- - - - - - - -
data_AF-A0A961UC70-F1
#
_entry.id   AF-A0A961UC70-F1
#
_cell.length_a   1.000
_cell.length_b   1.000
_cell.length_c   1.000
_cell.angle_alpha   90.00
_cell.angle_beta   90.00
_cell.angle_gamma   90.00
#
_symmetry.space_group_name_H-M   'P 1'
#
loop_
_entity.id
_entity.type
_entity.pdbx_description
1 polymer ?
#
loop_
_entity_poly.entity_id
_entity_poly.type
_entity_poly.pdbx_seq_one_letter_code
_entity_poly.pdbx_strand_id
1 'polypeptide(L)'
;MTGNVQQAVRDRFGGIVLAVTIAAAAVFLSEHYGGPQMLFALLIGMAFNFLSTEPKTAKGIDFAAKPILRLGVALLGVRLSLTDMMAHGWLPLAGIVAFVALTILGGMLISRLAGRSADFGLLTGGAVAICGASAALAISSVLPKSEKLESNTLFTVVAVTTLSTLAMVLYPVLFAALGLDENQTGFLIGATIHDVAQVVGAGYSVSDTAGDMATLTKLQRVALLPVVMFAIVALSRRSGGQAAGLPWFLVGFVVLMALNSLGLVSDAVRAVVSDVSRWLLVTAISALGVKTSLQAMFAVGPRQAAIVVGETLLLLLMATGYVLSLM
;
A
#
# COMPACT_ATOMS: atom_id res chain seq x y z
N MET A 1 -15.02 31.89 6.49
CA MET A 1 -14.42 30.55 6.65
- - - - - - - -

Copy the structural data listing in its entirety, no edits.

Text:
data_AF-A0A961UC70-F1
#
_entry.id   AF-A0A961UC70-F1
#
_cell.length_a   1.000
_cell.length_b   1.000
_cell.length_c   1.000
_cell.angle_alpha   90.00
_cell.angle_beta   90.00
_cell.angle_gamma   90.00
#
_symmetry.space_group_name_H-M   'P 1'
#
loop_
_entity.id
_entity.type
_entity.pdbx_description
1 polymer ?
#
loop_
_entity_poly.entity_id
_entity_poly.type
_entity_poly.pdbx_seq_one_letter_code
_entity_poly.pdbx_strand_id
1 'polypeptide(L)'
;MTGNVQQAVRDRFGGIVLAVTIAAAAVFLSEHYGGPQMLFALLIGMAFNFLSTEPKTAKGIDFAAKPILRLGVALLGVRLSLTDMMAHGWLPLAGIVAFVALTILGGMLISRLAGRSADFGLLTGGAVAICGASAALAISSVLPKSEKLESNTLFTVVAVTTLSTLAMVLYPVLFAALGLDENQTGFLIGATIHDVAQVVGAGYSVSDTAGDMATLTKLQRVALLPVVMFAIVALSRRSGGQAAGLPWFLVGFVVLMALNSLGLVSDAVRAVVSDVSRWLLVTAISALGVKTSLQAMFAVGPRQAAIVVGETLLLLLMATGYVLSLM
;
A
#
# COMPACT_ATOMS: atom_id res chain seq x y z
N MET A 1 -15.02 31.89 6.49
CA MET A 1 -14.42 30.55 6.65